>> Just as an aside, there were more than a few Jewish men who were married 
>> before their barmitzvah prior to the 19th century.
> This seems completely implausible since a minor cannot give a woman kessef
> kiddushin [nowadays a ring] to effect the marital tie. It is possible that
> there may have been shidduchin arranged for them but that is quite a
> different matter. 
> Of course, there may have been an attempt to effect kiddushei biah, since
> for a boy over nine we rule biato biah, but, even so, I doubt if it would
> have been any more effective since he would nonetheless not have had the
> requisite da'at [legal capacity]. In any case this mode of kiddushin has
> been banned since Talmudic times.

I only became aware of this when reading a series of teshuvos from the Noda
B'Yehuda. The first one is at Medura Tinyana Even HaEzer 52.   The situation
that provoked the question was this:  a boy and a girl married, the couple went
to live with her parents for over a year and a half, and then he totally
vanished - leaving the girl an agunah.  There was clearly a general keenness to
find a way to rule that the marriage was invalid, so that the girl could marry
again, and witnesses were brought that in fact the chuppah / kiddushin occurred
when the boy was twelve and a half, i.e. a full half a year before his
thirteenth birthday (the girl it would seem was at least bas mitzvah), albeit
that he then lived with his "parents in law" until he was fourteen, and some
months before vanishing.  On this basis they wrote to the Noda B'Yehuda asking
him to agree that the marriage was invalid and the girl could marry again (or,
perhaps more accurately, marry).  However the Noda B'Yehuda refused, saying the
marriage was valid and advancing his arguments why.  The next two teshuvas there
in the Noda B'Yehuda indicate that more and more people wrote to the Noda
B'Yehuda (including the Noda B'Yehuda's own son) arguing with him, and saying
the marriage was invalid (and advancing a multitude of different reasons as to
why this was the case) with the Noda B'Yehuda then responding to each and every
one and restating the validity of the marriage.

I confess, as one is reading these teshuvos, and seeing what seems to be some
extraordinary pilpul [sophistry] defending the validity of this marriage, one
cannot help wondering - why was the Noda B'Yehuda going to these great lengths
to defend this marriage?   Clearly the sympathies of all the other rabbis who
wrote to him were with the girl, and the Noda B'Yehuda himself does not seem (in
other places) unsympathetic to freeing agunos - so what was going on here?  And
the answer came in the final teshuva (54) where he makes it clear that it was
"the minhag [custom] of the country of Poland to marry the sons prior to their
becoming bar mitzvah in the days of their youth this is a straightforward custom
and the actual "state of marriage" then occurs [automatically] when they turn 13
- and I have never heard that they needed to make a second kiddushin after the
chuppah [ie that occurred before they were 13] or that they did anything that
could be identified as a new kiddushin" - and he then goes on to cite various
great Polish rabbis, or relatives of great Polish rabbis who were married in
this way - and while he says he left Poland when he was 26, and never fully
investigated the fundamental basis for this minhag, the reasoning that he
advances in the varous teshuvos must form the halachic basis for it.

He does add, by the way, right at the bottom of the last teshuva, that after
writing this he has now heard that the body of the boy was found - and that that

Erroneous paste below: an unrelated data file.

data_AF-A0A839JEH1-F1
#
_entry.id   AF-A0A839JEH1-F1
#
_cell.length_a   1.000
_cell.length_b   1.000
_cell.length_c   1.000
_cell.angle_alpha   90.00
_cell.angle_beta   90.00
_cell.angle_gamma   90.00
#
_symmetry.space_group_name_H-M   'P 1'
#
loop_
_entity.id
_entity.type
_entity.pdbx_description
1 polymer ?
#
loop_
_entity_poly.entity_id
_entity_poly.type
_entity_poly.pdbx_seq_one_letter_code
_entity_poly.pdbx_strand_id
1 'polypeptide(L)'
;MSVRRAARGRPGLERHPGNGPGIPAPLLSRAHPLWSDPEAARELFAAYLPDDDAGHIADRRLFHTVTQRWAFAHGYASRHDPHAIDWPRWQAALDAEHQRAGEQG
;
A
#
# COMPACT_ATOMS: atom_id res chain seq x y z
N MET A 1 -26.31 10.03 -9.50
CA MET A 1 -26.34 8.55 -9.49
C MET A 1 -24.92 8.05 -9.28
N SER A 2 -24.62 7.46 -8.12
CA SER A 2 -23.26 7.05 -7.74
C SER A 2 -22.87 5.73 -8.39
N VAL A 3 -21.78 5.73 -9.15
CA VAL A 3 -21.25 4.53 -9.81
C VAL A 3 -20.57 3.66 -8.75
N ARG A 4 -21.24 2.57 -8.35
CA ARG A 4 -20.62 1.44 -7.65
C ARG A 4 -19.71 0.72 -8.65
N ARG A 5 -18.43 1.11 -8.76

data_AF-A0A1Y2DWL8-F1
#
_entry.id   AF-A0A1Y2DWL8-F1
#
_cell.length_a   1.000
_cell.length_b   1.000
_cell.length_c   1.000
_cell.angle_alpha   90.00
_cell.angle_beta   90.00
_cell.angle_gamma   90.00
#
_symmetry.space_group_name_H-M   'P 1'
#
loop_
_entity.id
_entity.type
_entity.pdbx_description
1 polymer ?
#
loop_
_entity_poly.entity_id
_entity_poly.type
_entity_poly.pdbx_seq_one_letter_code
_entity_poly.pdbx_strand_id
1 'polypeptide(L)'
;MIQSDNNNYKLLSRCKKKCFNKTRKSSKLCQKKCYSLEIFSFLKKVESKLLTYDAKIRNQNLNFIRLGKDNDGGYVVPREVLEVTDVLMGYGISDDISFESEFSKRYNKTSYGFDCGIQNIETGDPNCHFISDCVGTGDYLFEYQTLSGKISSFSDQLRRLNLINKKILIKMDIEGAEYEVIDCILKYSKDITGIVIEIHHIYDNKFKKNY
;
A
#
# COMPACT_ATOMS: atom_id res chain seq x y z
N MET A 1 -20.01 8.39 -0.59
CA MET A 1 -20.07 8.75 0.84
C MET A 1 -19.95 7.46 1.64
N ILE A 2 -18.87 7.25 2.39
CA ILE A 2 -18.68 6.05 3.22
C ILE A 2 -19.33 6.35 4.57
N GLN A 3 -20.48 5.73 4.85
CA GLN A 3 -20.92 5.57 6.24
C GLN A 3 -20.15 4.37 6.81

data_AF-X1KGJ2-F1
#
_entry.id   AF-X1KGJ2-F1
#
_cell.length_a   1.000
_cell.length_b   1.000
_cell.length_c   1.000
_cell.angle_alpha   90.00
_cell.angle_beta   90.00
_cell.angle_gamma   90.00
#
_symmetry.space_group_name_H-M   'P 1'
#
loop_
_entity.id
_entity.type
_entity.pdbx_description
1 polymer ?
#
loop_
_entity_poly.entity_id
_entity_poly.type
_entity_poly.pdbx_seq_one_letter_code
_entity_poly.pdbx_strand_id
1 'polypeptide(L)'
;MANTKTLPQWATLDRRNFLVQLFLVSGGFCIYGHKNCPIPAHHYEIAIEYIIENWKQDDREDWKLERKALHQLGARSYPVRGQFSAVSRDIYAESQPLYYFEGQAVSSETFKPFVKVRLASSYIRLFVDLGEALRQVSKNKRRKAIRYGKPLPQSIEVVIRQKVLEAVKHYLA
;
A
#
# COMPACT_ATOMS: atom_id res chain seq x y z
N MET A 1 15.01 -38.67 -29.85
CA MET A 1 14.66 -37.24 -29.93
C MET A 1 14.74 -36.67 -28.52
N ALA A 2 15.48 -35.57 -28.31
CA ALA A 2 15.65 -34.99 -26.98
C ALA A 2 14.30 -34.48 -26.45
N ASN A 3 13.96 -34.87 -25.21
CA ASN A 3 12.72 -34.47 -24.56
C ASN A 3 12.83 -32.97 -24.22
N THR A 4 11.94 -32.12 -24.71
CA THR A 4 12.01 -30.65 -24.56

of course makes her free to marry again without any doubt (and you can almost
feel his relief in writing those words).

But nevertheless, even when it would keep a woman an aguna, he remained adamant
in his basic point, which was that the minhag in Poland was legitimate and
justified, and rested on sound halachic basis, despite the astonishment
expressed here (and indeed from many of those who argued with him).

The Noda B'Yehuda's understanding however, by and large, does not extend to
kiddushin being valid when given by a boy younger than twelve -  the halachic
status of "samuch l'ish" [close to a man] at which point vows made are
considered valid and binding.  Below twelve for a boy (and 11 for a girl)
halachic vows are not considered binding, and the Noda B'Yehuda understands this
fact to be crucial for the validity of the kiddushin - ie in effect the boy is
making a vow to enter a state of kiddushin with the girl under the chuppah,
which vow becomes "valid" as soon as he actually hits 13.  It was therefore
crucial to the Noda B'Yehuda that the boy in question had lived with the girl
until he was 14 (even if he hadn't had biah - as this was disputed, the girl
apparently claiming it hadn't happened).  He toys with the idea that because the
girl was in fact bas mitzvah, under the principle that a child can in fact come
to own something by a halachic mechanism by which the adult puts the item into
the reshus [jurisdiction] of the child, that is what happened here, i.e. the
girl effected the marriage there and then to the boy, as she was an adult, and
she put herself within the boy's reshus, but ultimately is less than satisfied
with this understanding, and comes back to the view that it is based on it being
a vow that later comes to fruition. 

>From this distance, it is hard to see the analysis as anything other than
strained, as it seems to cut across various pretty explicit gemoras - but
nevertheless, there you are.  It was the minhag in Poland for boys to marry
prior to bar mitzvah, including amongst the children of the greatest talmidei
chachamim of that country, and the Nodeh B'Yehuda was determined to justify this
practice halachically and consider such marriages valid, even in difficult




From: Carl A. Singer <carl.singer@...>
Date: Fri, Apr 8,2016 at 11:01 AM
Subject: When someone unintentionally disturbs davening

As I am currently saying kadish, I find myself davening in many different venues
in order to always "chop" (catch) a minyan. In one such venue there is a
gentlemen who davens 

(a) with great fervor

(b) with great volume and 

(c) slightly out of synchronization with the kehillah.

Nonetheless, I think it would be both inappropriate and rude to wear earplugs at
a minyan.  (I keep earplugs in my car's glove compartment for use at weddings.)
I'd be interested in comments both halachic and social regarding this situation.

Carl Singer


End of Volume 62 Issue 76